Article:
BRASILIA – Brazil’s death toll from the coronavirus crept toward 51,000 on Monday as the government of far-right President Jair Bolsonaro continued to prioritize short-term political considerations over fighting the pandemic.
Fatalities stand at 50,737 and the number of confirmed infections is approaching 1.1 million, according to a tally kept by a consortium of media outlets based on data from the 27 state governments.
Only the United States, with 2.37 million cases and more than 122,000 deaths, has been hit harder by COVID-19.
The Bolsonaro administration, preoccupied with the burgeoning political crisis linked to a corruption investigation targeting one of the president’s sons, looks inclined to delegate the handling of the health crisis to mayors and governors while continuing to criticize those officials for seeking to enforce social distancing.
Many state governors, including some who were seen as at least nominal allies of the president, have been prepared to risk Bolsonaro’s wrath by limiting movement and activity and shutting down non-essential businesses.
Rio de Janeiro state was among those that implemented aggressive measures to contain the coronavirus, but Monday’s resignation of state Health Secretary Fernando Ferry is casting doubt on the regional government’s efforts against the disease.
He quit barely a month after replacing Edmar Santos, who was fired on suspicion of embezzling funds meant to pay for medical supplies and mount field hospitals for COVID-19 patients.
In a video posted online, Ferry apologized for stepping down, but said that he could no longer endure the “pressure” from unnamed individuals to award contracts to particular bidders.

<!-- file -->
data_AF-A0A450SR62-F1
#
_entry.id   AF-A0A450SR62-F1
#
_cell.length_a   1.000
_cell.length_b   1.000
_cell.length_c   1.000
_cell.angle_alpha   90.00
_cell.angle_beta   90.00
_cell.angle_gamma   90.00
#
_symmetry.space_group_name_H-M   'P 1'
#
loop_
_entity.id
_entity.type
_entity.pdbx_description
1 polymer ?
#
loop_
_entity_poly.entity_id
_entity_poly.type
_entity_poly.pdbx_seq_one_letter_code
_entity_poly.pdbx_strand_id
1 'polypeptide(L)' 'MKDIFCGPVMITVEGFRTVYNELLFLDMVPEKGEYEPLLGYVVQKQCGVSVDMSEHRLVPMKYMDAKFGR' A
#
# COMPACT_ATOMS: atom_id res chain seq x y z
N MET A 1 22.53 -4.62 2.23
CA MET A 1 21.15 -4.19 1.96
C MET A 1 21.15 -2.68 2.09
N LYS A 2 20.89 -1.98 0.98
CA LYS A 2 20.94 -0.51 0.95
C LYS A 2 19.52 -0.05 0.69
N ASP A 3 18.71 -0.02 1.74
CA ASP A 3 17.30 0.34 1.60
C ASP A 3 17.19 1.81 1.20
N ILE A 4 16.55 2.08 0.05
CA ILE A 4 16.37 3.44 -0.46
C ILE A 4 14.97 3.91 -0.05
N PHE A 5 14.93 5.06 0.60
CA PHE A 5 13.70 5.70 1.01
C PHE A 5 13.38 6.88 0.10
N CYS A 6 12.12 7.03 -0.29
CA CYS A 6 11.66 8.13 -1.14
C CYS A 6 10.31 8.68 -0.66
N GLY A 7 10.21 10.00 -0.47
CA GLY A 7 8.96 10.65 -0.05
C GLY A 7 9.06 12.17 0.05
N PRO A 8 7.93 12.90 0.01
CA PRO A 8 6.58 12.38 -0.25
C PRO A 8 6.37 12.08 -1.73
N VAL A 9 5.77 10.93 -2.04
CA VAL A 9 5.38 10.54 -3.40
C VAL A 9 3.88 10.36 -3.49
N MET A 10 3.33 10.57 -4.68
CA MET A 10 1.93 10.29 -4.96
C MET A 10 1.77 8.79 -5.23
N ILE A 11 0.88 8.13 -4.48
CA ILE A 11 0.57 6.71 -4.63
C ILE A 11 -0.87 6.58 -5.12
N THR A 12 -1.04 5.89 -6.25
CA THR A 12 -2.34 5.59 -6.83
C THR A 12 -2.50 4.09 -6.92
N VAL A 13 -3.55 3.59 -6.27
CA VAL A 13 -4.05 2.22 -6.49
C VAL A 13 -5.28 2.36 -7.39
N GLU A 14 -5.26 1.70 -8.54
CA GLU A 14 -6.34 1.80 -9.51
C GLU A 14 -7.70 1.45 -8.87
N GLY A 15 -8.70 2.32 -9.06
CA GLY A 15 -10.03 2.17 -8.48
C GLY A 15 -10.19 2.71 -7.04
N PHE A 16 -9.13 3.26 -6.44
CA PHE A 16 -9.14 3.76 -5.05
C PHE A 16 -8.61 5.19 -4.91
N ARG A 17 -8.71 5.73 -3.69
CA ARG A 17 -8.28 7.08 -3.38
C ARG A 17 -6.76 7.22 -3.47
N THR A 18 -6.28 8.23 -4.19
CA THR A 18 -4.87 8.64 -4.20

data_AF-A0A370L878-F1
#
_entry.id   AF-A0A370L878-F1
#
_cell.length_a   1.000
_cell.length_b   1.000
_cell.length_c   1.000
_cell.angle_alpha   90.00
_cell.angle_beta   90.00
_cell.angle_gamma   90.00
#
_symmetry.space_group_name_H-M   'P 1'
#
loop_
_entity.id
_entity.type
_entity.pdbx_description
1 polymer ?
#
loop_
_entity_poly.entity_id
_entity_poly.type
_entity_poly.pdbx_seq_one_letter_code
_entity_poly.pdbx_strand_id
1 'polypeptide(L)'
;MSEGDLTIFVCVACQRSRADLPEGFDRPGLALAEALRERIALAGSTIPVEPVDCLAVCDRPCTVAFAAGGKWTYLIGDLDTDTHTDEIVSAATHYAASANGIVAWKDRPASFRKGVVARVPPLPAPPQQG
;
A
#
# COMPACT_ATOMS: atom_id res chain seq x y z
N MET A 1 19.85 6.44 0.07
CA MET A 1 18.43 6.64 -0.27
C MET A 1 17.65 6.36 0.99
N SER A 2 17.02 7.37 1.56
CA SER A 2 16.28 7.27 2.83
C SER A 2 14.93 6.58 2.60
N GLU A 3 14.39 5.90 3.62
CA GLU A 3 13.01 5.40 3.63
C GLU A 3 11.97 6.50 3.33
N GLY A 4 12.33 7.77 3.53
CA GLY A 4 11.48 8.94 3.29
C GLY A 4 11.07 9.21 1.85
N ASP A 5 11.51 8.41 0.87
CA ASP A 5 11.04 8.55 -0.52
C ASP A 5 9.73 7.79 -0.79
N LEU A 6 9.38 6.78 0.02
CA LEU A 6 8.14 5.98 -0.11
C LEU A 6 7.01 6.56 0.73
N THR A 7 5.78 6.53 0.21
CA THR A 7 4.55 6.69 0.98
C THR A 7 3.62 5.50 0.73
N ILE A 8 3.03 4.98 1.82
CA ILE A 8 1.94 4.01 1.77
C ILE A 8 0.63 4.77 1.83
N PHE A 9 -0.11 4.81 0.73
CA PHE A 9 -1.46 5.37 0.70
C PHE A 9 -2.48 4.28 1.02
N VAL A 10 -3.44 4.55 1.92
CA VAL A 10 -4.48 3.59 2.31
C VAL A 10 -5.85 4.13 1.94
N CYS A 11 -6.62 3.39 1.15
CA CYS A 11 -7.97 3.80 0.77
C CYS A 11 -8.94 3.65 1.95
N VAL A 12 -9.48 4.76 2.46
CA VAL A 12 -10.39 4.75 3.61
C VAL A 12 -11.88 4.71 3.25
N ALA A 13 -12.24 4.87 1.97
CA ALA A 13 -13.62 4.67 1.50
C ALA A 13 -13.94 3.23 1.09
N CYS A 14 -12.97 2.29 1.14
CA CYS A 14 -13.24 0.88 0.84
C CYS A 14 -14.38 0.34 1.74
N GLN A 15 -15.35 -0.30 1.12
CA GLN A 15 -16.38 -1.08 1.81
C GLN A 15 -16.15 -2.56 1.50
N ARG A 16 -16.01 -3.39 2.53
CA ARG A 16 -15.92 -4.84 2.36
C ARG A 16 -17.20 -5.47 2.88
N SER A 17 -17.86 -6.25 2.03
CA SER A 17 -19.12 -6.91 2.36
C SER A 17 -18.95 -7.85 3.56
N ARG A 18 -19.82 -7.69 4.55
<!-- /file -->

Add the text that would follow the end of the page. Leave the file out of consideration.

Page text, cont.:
“I want to say that I tried,” he said as he left a state government trying to decide whether to continue the gradual re-opening of the economy or reinstate quarantines in the face of vocal opposition from the business community.
In Brasilia, meanwhile, the president sought to contain the fallout from the scandal surrounding son Flavio Bolsonaro, who holds a seat in the Senate.
Fabricio Queiroz, who served as Flavio’s chief of staff during the younger Bolsonaro’s tenure in the Rio state legislature, was arrested last week a year after he disappeared in an apparent attempt to avoid being subpoenaed to talk about his former boss.
Police found Queiroz at a country home owned by high-profile attorney Frederick Wassef, who has represented both Flavio and Jair Bolsonaro.
On Sunday, Sen. Bolsonaro announced that he changed lawyers, dropping Wassef in favor of Rodrigo Roca, whose firm defended retired officers accused of torturing political prisoners during the 1964-1985 military regime.
Roca’s first task will be trying to get the case against Flavio moved from the state courts in Rio de Janeiro to the federal judiciary.
The legal team will argue that though the probe concerns Flavio’s actions while a state lawmaker, his current status as a federal senator means that the case must be heard in the federal courts.
Normally, the prosecution of a sitting president or federal legislator requires preliminary approval from the Supreme Court.
President Bolsonaro also has legal troubles of his own. He is under investigation for allegedly intervening to stop the Federal Police from looking into the activities of his family and other associates.
And a half-dozen prominent Bolsonaro supporters were detained last week for organizing pro-government protests to demand “military intervention” in the political process and the closure of both Congress and the Supreme Court.